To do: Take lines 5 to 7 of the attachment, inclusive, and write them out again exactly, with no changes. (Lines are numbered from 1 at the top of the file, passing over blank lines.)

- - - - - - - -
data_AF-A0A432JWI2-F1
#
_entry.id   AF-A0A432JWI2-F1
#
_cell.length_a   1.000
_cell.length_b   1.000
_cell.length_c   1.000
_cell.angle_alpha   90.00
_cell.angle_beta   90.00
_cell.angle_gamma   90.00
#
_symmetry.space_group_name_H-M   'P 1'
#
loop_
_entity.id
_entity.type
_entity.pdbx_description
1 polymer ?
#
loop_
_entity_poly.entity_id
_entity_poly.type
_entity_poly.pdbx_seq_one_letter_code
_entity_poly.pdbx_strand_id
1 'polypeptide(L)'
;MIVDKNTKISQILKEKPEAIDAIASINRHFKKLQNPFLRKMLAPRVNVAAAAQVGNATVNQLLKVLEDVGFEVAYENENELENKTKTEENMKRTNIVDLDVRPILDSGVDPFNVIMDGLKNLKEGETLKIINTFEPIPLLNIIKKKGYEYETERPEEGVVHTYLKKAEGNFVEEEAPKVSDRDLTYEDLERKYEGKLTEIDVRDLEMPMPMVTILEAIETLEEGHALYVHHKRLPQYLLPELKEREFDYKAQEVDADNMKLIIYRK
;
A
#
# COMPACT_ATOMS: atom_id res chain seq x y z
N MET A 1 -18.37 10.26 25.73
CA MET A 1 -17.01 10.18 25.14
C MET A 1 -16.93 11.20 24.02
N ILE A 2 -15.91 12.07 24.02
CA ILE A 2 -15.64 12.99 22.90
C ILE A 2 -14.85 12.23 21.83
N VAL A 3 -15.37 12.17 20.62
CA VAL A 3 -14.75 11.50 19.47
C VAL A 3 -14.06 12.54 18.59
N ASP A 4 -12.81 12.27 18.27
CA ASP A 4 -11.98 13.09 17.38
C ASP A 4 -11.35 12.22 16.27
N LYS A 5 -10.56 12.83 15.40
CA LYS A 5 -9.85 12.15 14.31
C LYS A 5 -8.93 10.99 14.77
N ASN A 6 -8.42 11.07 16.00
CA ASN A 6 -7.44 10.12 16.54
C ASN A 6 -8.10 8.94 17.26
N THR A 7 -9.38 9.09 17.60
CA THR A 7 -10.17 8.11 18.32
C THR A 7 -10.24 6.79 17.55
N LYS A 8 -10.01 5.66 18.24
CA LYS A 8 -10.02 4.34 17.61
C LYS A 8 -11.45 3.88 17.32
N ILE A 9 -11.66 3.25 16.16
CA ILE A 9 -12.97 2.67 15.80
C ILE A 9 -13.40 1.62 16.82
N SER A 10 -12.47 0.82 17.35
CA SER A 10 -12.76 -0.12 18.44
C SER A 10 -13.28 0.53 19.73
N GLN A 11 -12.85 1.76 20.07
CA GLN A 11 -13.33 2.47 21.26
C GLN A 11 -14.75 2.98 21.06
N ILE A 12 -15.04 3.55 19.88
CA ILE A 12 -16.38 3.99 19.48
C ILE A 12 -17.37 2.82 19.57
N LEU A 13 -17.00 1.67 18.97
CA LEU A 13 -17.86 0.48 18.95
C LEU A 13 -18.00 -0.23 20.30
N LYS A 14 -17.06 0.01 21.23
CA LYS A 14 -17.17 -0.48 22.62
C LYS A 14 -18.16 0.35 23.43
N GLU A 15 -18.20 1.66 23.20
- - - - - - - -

_cell.length_a   1.000
_cell.length_b   1.000
_cell.length_c   1.000